Only two Internet firms — Google and Twitter — disclose the requests they receive from rights holders, which are often large corporations like Sony Music, for the removal of copyright-infringing content from their platforms.[5] These companies record the number of requests they receive for the removal of content and the percentage of content removed in those requests. They also list the entities requesting the removal of infringing content, such as Walt Disney Company. Usefully, Google also records requests where it has taken no action in response to complaints of copyright infringement. Google receives the bulk of complaints from rights holders as the largest search engine globally. In 2013, Google removed 200 million search results that linked to copyright-infringing content.[6] As of August 2014, Google processes approximately one million complaints daily.[7]

For Internet companies transparency reports are a useful vehicle to begin to inform the public of the nature and scope of Internet regulation by governments and rights holders, particularly large corporate actors. Industry transparency reports can be effective public relations tools if they can convince users that the firms are trustworthy guardians of their data. Companies can use the voluntary disclosure of information not only to repair corporate reputations but also to generate ongoing goodwill among their users and business partners.[8] Yahoo’s CEO Marissa Mayer observes that the Snowden revelations hurt Yahoo and the company wants “to be able to rebuild trust with our users.”[9] Firms have a pragmatic motive for maintaining users’ trust and loyalty. “People won’t use technology they don’t trust,” explains Microsoft’s general counsel Brad Smith.[10] Transparency reports also enable firms to distinguish their commercial activities from controversial state surveillance programs and let them critique surveillance practices, particularly by the U.S. government. Mark Zuckerberg, Facebook’s CEO, argues that greater transparency by governments is “the only way to protect everyone’s civil liberties and create the safe and free society we all want over the long term.”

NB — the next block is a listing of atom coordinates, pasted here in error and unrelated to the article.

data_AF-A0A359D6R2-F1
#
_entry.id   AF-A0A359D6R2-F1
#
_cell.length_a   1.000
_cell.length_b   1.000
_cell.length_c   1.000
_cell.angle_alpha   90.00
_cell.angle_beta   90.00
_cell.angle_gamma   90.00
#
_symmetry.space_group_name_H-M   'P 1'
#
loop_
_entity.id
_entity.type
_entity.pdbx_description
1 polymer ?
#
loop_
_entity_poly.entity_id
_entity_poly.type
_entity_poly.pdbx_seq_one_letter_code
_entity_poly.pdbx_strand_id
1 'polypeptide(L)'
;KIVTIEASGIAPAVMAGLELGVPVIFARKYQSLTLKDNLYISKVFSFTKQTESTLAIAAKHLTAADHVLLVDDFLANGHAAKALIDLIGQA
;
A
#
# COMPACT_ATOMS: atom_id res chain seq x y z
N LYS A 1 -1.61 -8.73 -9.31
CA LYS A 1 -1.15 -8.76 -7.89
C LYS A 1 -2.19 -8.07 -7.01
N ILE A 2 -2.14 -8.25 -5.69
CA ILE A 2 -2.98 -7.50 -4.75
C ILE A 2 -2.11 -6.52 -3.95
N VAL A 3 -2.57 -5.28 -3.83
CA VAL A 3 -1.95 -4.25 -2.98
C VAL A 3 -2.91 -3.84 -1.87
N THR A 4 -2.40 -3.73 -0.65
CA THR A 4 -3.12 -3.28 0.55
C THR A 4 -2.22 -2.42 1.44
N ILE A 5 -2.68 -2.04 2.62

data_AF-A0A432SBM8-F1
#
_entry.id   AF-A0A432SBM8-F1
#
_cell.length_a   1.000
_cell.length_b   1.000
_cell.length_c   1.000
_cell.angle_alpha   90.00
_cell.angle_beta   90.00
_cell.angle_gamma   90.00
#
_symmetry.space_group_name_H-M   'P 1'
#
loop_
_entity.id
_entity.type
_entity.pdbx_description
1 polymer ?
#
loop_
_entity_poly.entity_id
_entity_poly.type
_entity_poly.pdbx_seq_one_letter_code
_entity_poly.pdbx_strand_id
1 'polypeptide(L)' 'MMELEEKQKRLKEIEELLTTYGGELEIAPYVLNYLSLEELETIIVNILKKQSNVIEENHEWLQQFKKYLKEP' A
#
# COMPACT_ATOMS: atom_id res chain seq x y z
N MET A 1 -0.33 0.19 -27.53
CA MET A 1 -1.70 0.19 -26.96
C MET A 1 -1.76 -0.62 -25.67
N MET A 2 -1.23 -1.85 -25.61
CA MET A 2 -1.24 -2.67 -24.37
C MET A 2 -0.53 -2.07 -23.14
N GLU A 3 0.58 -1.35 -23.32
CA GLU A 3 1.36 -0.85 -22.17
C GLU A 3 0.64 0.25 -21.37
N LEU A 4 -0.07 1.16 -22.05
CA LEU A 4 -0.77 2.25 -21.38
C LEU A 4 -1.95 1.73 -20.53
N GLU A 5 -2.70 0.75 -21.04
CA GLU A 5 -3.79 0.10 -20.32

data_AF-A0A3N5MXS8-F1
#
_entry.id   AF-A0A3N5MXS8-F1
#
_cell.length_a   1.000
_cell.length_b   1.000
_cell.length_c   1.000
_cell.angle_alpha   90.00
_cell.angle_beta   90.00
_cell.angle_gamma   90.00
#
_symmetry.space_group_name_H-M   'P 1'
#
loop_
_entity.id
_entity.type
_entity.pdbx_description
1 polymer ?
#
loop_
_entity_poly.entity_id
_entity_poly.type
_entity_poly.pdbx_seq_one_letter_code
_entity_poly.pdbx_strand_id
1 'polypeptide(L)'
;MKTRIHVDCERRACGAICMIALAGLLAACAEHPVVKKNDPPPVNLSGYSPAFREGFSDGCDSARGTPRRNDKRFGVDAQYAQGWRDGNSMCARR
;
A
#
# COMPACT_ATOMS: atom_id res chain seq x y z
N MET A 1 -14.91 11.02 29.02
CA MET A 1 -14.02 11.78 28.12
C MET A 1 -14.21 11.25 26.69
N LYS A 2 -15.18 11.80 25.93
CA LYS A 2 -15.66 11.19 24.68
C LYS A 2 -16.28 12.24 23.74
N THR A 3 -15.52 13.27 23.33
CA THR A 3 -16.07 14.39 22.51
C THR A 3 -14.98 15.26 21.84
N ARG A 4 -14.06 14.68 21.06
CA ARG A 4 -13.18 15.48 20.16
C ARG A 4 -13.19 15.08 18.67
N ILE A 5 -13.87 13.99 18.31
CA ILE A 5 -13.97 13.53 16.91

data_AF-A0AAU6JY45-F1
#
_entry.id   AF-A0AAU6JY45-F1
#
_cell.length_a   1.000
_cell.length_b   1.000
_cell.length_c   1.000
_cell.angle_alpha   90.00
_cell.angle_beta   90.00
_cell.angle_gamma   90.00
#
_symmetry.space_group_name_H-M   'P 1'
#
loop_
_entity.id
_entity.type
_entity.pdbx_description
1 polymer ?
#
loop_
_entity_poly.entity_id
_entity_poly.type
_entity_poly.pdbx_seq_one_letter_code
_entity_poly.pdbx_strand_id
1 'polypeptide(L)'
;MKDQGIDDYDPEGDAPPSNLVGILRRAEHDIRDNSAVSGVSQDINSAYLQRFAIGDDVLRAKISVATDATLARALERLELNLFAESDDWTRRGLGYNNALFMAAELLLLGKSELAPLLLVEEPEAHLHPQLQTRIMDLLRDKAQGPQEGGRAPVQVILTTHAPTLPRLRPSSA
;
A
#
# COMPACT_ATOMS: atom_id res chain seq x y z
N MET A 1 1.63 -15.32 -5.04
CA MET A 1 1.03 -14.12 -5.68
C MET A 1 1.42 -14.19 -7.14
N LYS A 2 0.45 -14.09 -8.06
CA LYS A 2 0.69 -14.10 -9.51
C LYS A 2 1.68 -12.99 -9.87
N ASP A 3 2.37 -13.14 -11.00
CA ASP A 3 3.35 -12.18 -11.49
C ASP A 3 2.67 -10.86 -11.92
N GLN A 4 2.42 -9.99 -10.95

Internet firms are financially and ideologically motivated to disclose national security-related requests given the anger of their customers and business clients over the NSA’s surveillance. However, the firms have fewer incentives to track the enforcement efforts they undertake on behalf of rights holders. In contrast to the NSA scandal, there was no equivalent public pressure on companies to divulge the regulatory efforts they undertake for rights holders like Nike, Sony or Disney. Companies can be reluctant to adopt policies of information disclosure, particularly in the absence of other companies doing the same; they may perceive that the release of information could undercut their competitive position in the marketplace.[11]

Overall, Internet firms’ voluntary disclosure of information is a relatively weak form of transparency. The reports provide only partial accounts of the firms’ regulatory activities, as they are not permitted to publish detailed information about government requests for data, particularly in relation to national security. Jeremy Kessel, Twitter’s manager of global legal policy, argues that restricting disclosures to “an overly broad range seriously undermines the objective of transparency.”[12] Further, most Internet firms do not track their enforcement efforts on behalf of rights holders and thus under-report rapidly growing corporate regulatory efforts. Internet firms’ business models are typically built upon collecting and data-mining information from their users. These firms thus have strong financial incentives to expand their own surveillance capacities while, at the same time, strategically separating their efforts from controversial state surveillance programs.

Discussions of transparency inevitably raise two important questions: transparency for whom and for what purposes? In relation to Internet surveillance and regulation, transparency is intended to raise public awareness of government and, to a lesser extent, corporate governance practices. Transparency in itself, however, is not a catalyst for change.[13] Nevertheless, corporate information disclosure can be a valuable tool to strengthen accountability and improve democratic oversight. Kevin Bankston, Senior Counsel and Director of Free Expression for the digital advocacy group Centre for Democracy and Technology, argues that “we cannot have a meaningful debate about the scope of the government’s surveillance authority until we have an informed public.” Internet transparency reports are a necessary component of a larger project to shine a much-needed light on state and corporate regulatory activities on the Internet.